Thus, although the scale of what has gone on has outstripped what anyone may have suspected, the existence of these kind of incidents themselves couldn’t have come as a surprise to many. Wrestling has always had a dark heart; it’s carny roots mean that sleaze is pretty much it’s DNA. It’s the sort of industry where someone killing his neighbour’s dog and feeding it to him is considered a ‘hilarious rib’. It’s an industry where Rob Feinstein being caught in a paedophile sting seems to have largely been forgiven and/or forgotten. The kind of incidents we’ve been hearing about over the past few days were simply explaining as “the boys being the boys” or “that’s the business for you.” Because it was wrestling, these things generally flew under the radar of society at large. But the sheer scale of what’s been going floored even a cynic about the wrestling business like myself: this is not just a case of one or two bad apples, this was in fact the tip of a very large iceberg.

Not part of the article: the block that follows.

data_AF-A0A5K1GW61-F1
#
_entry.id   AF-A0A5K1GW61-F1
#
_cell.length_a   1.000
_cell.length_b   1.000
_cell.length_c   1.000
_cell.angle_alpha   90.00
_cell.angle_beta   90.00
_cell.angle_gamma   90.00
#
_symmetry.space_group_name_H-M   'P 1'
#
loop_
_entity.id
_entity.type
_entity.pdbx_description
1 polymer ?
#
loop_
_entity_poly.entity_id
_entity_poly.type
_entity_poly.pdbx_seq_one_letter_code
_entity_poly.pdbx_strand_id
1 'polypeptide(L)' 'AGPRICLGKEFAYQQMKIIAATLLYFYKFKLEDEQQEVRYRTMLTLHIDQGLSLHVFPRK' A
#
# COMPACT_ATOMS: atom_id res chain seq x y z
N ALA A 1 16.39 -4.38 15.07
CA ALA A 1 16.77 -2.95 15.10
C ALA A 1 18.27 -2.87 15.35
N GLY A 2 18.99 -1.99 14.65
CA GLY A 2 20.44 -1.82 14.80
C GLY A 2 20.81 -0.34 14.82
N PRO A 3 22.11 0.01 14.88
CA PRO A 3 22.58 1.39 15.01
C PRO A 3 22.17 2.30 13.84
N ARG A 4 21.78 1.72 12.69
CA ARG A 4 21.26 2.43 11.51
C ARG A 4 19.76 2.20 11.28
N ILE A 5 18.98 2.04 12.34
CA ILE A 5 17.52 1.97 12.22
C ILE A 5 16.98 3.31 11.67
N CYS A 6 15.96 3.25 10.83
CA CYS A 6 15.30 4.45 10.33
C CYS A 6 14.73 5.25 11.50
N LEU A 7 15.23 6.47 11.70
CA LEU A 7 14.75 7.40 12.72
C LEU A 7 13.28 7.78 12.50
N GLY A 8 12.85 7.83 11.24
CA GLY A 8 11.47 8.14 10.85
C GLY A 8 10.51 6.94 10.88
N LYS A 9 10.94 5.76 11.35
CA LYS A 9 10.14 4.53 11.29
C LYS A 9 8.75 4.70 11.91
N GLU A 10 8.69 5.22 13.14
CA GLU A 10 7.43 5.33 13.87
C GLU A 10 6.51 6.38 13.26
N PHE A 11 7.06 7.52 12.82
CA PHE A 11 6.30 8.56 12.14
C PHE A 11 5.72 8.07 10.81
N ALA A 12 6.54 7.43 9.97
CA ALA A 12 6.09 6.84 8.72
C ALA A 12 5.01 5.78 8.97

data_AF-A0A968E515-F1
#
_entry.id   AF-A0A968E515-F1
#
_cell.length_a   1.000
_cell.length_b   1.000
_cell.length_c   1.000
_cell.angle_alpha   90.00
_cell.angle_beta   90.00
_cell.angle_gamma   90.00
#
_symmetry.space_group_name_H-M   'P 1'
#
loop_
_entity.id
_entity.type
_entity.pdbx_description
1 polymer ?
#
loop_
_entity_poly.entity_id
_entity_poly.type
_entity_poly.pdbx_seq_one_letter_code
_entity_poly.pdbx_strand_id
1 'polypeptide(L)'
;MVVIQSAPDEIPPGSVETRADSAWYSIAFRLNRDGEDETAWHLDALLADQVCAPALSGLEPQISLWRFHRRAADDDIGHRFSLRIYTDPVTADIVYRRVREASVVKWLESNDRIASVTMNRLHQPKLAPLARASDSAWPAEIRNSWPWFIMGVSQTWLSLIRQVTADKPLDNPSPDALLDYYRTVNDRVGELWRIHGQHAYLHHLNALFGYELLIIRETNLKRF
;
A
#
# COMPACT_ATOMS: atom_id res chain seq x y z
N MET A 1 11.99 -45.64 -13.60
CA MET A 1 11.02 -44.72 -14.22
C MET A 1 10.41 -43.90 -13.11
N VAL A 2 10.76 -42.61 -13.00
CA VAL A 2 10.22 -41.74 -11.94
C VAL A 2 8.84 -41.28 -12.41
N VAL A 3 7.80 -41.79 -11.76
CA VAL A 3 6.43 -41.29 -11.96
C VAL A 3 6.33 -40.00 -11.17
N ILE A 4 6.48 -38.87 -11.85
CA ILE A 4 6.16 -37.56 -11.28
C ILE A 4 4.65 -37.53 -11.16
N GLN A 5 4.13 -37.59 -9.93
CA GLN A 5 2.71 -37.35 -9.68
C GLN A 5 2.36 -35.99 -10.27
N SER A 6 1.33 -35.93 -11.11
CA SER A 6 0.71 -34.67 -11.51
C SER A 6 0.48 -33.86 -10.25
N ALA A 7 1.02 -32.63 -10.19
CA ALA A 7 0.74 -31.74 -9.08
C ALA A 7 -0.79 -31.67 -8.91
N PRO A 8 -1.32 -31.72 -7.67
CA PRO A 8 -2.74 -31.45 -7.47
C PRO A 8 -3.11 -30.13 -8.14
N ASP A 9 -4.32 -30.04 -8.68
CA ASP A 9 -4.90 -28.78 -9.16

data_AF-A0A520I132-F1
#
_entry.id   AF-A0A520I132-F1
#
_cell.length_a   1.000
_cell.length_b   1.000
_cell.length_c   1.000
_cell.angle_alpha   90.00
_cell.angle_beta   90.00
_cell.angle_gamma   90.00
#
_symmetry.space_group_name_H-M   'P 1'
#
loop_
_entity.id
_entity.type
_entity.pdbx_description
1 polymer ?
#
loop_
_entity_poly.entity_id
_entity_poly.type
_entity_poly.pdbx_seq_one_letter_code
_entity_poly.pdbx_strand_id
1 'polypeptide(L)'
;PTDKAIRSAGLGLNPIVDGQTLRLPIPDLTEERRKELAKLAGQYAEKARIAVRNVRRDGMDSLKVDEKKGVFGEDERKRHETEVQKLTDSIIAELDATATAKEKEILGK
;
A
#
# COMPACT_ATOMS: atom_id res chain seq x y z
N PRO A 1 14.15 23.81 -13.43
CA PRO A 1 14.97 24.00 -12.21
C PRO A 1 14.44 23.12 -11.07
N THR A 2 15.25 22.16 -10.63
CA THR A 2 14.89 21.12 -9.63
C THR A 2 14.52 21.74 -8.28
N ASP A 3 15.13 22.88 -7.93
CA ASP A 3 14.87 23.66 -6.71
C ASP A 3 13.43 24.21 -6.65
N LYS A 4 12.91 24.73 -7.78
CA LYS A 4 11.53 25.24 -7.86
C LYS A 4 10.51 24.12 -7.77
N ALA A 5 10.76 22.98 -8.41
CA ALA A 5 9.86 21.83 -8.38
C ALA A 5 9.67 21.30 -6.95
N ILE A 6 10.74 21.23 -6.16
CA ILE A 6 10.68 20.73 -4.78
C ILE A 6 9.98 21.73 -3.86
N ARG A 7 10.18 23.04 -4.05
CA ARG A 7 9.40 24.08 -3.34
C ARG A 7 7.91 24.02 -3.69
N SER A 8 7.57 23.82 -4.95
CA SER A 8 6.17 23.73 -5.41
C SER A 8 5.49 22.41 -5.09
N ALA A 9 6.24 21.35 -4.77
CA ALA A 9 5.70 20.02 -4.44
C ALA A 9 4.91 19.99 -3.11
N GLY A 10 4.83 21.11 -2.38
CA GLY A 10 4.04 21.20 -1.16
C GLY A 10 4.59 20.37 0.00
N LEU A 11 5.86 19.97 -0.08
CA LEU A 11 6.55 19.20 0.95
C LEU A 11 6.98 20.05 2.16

There have of course been varying reactions from those accused of rape, harassment, grooming and inappropriate behaviour (this taxonomy came from a friend of mine who had trawled through all the tweets). Some have held their hands up, more often than not with some sort of plea for mitigation (Starr’s “I’m not a sexual predator, but…” still beggars belief). Some have outright denied the allegations, as Jordan Devlin has. But there’s also a third class of response, which is those who have apologised, but don’t really seem to understand what they’re apologising for. Additionally, it’s hard to tell who is genuinely remorseful and who is simply remorseful they got caught. Some of the apologies and remorse expressed may well be genuine. Should some be given a chance to atone for their sins, or should everyone be blackballed? These are difficult questions, and I’ll let someone else take the lid off this particular can of worms.